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Having a percentage calculator at your fingertips can come in quite handy, especially if you know VAT will be added to an item. But, if it is not listed or if VAT has been added, you may want to know the original price before the 20% increase.
Of course there are a million and one other reasons why someone would want to figure out percentages, particularly businesses, so these handy online software programs are amazingly time efficient and easy to use.
Keeping Up with Inflation
There are also times when businesses need to increase their list prices to keep up with inflation.
This is extremely important at the moment in the UK because inflation is on the rise at historic levels and you may need to adjust your profit margins in order to make the business financially stable. If you know that your utilities will be rising at 6%, then you know that to stay in business that money needs to come from somewhere.
In retail, those rises are generally covered with price mark-ups. An online percentage calculator sure beats pulling out a handheld or desktop calculator because everything is on the screen in front of you. In this way you can see if you’ve entered all values properly and save you manually working out the percentage increase.
How a Percentage Calculator Works
An online percent calculator usually has five different fields on the screen. Whether you want to decrease an item by a certain percentage or increase the amount by a certain percentage, you simply need to know which fields to fill in.
For example, most online percentage calculator will have fields similar to the following:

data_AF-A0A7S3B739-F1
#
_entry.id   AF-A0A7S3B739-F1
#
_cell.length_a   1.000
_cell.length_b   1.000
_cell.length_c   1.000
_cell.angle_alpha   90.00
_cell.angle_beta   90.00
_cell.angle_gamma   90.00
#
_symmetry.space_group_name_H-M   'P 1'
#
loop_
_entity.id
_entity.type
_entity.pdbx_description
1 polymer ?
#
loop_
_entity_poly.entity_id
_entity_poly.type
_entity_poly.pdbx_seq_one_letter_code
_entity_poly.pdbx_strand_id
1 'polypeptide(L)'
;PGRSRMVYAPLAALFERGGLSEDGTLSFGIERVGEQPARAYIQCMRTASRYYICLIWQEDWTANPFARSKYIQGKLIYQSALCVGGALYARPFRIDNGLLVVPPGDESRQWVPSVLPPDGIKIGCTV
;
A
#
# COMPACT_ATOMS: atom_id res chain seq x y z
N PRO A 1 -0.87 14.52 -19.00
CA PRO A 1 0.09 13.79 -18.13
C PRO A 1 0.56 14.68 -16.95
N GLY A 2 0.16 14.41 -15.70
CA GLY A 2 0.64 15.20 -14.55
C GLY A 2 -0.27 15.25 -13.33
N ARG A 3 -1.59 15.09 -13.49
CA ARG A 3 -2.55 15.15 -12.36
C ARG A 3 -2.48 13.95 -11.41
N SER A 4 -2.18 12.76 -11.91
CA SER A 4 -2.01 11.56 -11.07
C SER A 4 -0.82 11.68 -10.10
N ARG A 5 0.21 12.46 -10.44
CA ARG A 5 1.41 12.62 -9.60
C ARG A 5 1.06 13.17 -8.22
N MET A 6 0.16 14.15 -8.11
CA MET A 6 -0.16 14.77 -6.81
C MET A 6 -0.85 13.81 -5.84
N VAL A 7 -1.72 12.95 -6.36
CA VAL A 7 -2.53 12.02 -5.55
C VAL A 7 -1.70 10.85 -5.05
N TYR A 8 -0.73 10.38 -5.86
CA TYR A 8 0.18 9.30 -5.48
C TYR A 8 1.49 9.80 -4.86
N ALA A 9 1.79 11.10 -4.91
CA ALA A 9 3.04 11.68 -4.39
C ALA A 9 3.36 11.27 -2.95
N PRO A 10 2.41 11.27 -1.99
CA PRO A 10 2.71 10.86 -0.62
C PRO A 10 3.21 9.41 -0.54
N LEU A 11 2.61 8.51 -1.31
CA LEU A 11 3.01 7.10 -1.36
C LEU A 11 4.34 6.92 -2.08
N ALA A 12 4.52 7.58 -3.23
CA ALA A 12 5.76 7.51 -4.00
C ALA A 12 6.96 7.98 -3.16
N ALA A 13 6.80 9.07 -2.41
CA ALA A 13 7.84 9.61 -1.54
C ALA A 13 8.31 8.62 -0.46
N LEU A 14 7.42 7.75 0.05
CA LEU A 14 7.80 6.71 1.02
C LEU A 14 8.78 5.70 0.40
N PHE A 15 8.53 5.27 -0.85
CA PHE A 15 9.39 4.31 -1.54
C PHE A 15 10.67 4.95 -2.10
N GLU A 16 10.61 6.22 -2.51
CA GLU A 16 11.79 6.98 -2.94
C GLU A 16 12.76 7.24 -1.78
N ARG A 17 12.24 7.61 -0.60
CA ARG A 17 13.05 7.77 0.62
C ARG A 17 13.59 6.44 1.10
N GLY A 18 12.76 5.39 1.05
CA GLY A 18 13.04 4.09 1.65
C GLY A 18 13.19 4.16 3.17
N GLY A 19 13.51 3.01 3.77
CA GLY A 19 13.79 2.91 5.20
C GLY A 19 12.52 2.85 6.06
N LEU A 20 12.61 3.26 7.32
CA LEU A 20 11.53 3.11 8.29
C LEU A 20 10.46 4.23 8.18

- Original value/price
- Percentage of change
- Amount of change
- Value after increasing
- Value after decreasing
Percentage Difference Calculators
If you’re looking to calculate the change in prices or numbers, a percentage difference calculator can allow you to figure out:
A percentage increase calculator will allow you to see the new number after an increase of your choice has been applied.
For example, let’s say that we want to show what an item cost before adding VAT. We know that the item is selling for £220 after VAT, so what was the original list price?
In this case you would place the £220 in the “Value after increasing” field and 20 in the “Percentage of change” field. You will see that the “Original Value” was £183 and that it changed by 36.7 units (pounds). Now you know that government is getting £36.70 on an item you are paying £183 to purchase, £220 after VAT.
You can also use a percentage decrease calculator to see how much an item originally cost if you have the mark-down price (discounted price) if the original price isn’t listed.
There are so many things you can do with a free tool of this type that you should bookmark it on your browser so that you can call it up instantly as the need arises. They are easy to use if you have at least two values to work with so take the time to find one online and save it to your favourites.